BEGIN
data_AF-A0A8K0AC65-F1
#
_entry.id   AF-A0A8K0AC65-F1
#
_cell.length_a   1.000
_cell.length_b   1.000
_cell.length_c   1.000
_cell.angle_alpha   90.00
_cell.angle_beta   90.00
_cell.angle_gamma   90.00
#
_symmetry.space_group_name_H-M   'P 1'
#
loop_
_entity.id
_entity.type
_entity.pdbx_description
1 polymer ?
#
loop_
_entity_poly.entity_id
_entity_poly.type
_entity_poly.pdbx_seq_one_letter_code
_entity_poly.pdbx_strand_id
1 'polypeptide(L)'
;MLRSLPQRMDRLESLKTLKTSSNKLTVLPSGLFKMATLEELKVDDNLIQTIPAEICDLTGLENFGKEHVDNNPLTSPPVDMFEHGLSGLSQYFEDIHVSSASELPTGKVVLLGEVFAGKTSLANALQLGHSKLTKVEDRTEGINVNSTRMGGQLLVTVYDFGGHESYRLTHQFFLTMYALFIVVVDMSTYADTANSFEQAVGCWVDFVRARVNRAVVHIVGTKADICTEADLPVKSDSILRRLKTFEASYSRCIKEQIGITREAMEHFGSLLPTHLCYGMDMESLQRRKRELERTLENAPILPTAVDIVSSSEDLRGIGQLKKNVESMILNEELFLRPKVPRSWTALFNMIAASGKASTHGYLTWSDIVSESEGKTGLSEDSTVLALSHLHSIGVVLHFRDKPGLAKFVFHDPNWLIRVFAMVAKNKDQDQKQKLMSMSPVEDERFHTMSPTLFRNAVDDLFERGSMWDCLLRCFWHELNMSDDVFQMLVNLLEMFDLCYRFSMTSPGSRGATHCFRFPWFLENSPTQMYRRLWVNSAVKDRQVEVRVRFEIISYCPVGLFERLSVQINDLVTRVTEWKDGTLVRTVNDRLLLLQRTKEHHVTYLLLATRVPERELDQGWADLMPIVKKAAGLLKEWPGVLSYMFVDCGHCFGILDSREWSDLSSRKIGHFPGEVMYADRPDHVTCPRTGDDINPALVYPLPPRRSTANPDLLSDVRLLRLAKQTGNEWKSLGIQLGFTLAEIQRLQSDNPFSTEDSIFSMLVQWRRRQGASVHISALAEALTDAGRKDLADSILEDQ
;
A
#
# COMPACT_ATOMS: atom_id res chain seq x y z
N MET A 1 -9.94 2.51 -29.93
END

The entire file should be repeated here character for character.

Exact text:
data_AF-A0A8K0AC65-F1
#
_entry.id   AF-A0A8K0AC65-F1
#
_cell.length_a   1.000
_cell.length_b   1.000
_cell.length_c   1.000
_cell.angle_alpha   90.00
_cell.angle_beta   90.00
_cell.angle_gamma   90.00
#
_symmetry.space_group_name_H-M   'P 1'
#
loop_
_entity.id
_entity.type
_entity.pdbx_description
1 polymer ?
#
loop_
_entity_poly.entity_id
_entity_poly.type
_entity_poly.pdbx_seq_one_letter_code
_entity_poly.pdbx_strand_id
1 'polypeptide(L)'
;MLRSLPQRMDRLESLKTLKTSSNKLTVLPSGLFKMATLEELKVDDNLIQTIPAEICDLTGLENFGKEHVDNNPLTSPPVDMFEHGLSGLSQYFEDIHVSSASELPTGKVVLLGEVFAGKTSLANALQLGHSKLTKVEDRTEGINVNSTRMGGQLLVTVYDFGGHESYRLTHQFFLTMYALFIVVVDMSTYADTANSFEQAVGCWVDFVRARVNRAVVHIVGTKADICTEADLPVKSDSILRRLKTFEASYSRCIKEQIGITREAMEHFGSLLPTHLCYGMDMESLQRRKRELERTLENAPILPTAVDIVSSSEDLRGIGQLKKNVESMILNEELFLRPKVPRSWTALFNMIAASGKASTHGYLTWSDIVSESEGKTGLSEDSTVLALSHLHSIGVVLHFRDKPGLAKFVFHDPNWLIRVFAMVAKNKDQDQKQKLMSMSPVEDERFHTMSPTLFRNAVDDLFERGSMWDCLLRCFWHELNMSDDVFQMLVNLLEMFDLCYRFSMTSPGSRGATHCFRFPWFLENSPTQMYRRLWVNSAVKDRQVEVRVRFEIISYCPVGLFERLSVQINDLVTRVTEWKDGTLVRTVNDRLLLLQRTKEHHVTYLLLATRVPERELDQGWADLMPIVKKAAGLLKEWPGVLSYMFVDCGHCFGILDSREWSDLSSRKIGHFPGEVMYADRPDHVTCPRTGDDINPALVYPLPPRRSTANPDLLSDVRLLRLAKQTGNEWKSLGIQLGFTLAEIQRLQSDNPFSTEDSIFSMLVQWRRRQGASVHISALAEALTDAGRKDLADSILEDQ
;
A
#
# COMPACT_ATOMS: atom_id res chain seq x y z
N MET A 1 -9.94 2.51 -29.93